Penny Fall Classic: An annual tournament or tri-match hosted by the Washington College volleyball team which has been held every year since 1976. Originally called the Washington College Invitational, it was renamed to honor Washington College Hall of Fame coach and administrator Penny J. Fall following her passing in 2001. Fall is considered to be the person most responsible for the development of women's athletics at the College.
REAL Challenge: A friendly annual intra-department competition between athletic teams, sponsored by the College's Student-Athlete Mentors. Teams receive points based on their representation and involvement on campus and community service projects, their success on the field and in the classroom and through supporting their fellow athletes by attending athletic events. REAL stands for "Represent, Excel, Act, and Lead."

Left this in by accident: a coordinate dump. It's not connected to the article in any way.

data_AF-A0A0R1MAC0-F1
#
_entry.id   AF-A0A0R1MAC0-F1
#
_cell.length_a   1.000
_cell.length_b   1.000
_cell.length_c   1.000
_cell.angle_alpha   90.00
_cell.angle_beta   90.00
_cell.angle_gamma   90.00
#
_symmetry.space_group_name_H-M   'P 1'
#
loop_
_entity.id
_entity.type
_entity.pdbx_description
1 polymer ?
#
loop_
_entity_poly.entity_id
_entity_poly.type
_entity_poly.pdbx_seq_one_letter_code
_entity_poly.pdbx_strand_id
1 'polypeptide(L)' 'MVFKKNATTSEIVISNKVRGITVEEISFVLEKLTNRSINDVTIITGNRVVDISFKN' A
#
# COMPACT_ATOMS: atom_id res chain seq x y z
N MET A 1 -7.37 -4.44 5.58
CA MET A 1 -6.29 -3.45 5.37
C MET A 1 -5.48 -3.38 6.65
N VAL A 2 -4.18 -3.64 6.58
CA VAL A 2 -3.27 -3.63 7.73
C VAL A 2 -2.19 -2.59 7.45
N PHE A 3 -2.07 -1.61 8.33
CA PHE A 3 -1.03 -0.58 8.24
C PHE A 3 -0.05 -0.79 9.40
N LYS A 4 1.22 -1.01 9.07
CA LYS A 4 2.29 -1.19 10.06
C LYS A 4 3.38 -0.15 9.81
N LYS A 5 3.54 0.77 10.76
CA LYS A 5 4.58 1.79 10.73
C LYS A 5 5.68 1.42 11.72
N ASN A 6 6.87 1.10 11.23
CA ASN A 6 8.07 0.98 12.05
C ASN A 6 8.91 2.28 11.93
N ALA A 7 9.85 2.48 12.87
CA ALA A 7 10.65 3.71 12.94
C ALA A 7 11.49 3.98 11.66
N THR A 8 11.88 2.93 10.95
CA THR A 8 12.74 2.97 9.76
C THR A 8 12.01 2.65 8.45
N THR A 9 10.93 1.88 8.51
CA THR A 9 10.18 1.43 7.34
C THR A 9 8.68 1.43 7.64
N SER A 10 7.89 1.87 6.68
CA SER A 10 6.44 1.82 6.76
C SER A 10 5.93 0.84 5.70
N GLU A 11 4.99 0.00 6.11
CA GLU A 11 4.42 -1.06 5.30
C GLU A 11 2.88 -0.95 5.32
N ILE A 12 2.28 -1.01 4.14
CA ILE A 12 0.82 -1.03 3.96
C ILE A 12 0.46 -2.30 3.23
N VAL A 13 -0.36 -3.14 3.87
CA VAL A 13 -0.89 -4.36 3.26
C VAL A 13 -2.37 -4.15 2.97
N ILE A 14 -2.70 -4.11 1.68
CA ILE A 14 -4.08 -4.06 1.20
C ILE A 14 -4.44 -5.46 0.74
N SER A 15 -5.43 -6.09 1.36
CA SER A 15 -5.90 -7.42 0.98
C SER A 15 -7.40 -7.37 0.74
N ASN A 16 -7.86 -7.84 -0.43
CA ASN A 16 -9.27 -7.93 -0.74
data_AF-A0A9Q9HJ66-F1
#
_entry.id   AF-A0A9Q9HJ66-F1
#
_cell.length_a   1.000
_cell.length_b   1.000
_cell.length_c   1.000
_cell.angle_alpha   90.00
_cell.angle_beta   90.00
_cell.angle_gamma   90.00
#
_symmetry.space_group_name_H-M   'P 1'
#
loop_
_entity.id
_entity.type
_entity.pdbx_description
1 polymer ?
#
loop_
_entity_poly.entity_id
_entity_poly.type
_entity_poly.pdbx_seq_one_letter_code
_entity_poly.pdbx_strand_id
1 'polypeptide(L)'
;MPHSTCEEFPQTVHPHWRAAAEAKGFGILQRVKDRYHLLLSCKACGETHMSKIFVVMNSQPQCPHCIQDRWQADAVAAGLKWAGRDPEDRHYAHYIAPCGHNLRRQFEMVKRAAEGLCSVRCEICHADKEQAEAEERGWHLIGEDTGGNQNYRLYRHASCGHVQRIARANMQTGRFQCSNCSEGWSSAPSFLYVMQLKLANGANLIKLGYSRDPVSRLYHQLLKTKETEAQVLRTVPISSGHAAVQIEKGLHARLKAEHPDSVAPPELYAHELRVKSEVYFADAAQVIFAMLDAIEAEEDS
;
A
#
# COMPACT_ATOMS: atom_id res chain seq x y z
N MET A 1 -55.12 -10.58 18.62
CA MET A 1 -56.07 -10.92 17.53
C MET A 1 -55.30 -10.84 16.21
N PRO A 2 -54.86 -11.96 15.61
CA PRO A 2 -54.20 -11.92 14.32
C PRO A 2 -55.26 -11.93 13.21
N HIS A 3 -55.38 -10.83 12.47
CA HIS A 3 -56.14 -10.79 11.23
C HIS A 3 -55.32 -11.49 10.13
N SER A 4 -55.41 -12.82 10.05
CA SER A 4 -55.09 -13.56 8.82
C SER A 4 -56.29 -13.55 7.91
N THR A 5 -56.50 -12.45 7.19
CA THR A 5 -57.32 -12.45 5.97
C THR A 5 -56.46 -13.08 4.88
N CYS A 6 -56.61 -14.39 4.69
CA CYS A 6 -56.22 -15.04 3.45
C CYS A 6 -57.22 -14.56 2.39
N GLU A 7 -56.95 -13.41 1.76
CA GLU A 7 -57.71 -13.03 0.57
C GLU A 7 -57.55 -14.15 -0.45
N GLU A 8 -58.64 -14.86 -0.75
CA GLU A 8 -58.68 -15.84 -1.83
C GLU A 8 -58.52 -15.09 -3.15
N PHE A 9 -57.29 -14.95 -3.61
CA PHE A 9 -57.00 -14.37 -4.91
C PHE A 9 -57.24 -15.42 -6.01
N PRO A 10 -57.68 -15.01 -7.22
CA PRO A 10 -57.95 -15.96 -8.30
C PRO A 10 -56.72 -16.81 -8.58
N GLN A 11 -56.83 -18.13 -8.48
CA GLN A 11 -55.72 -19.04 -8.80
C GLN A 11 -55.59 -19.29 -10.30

"Ring the Bell": Washington College athletic teams celebrate victories by ringing the victory bell outside Cain Athletic Center.
Sho'men Club: The Sho'men Club is the College's athletics booster club.
Shoremen/Shorewomen: The nicknames of the College's men's and women's athletic teams, respectively. The names are not necessarily intended as references to longshoremen but rather as simple nods to residents of the area and the area itself.
Shoreswag: (Submitted via Twitter by the women's lacrosse team, @WAC_WLAX, on 11/28/11) Used by some Washington College student-athletes to express confidence and pride and the hard work placed into a season.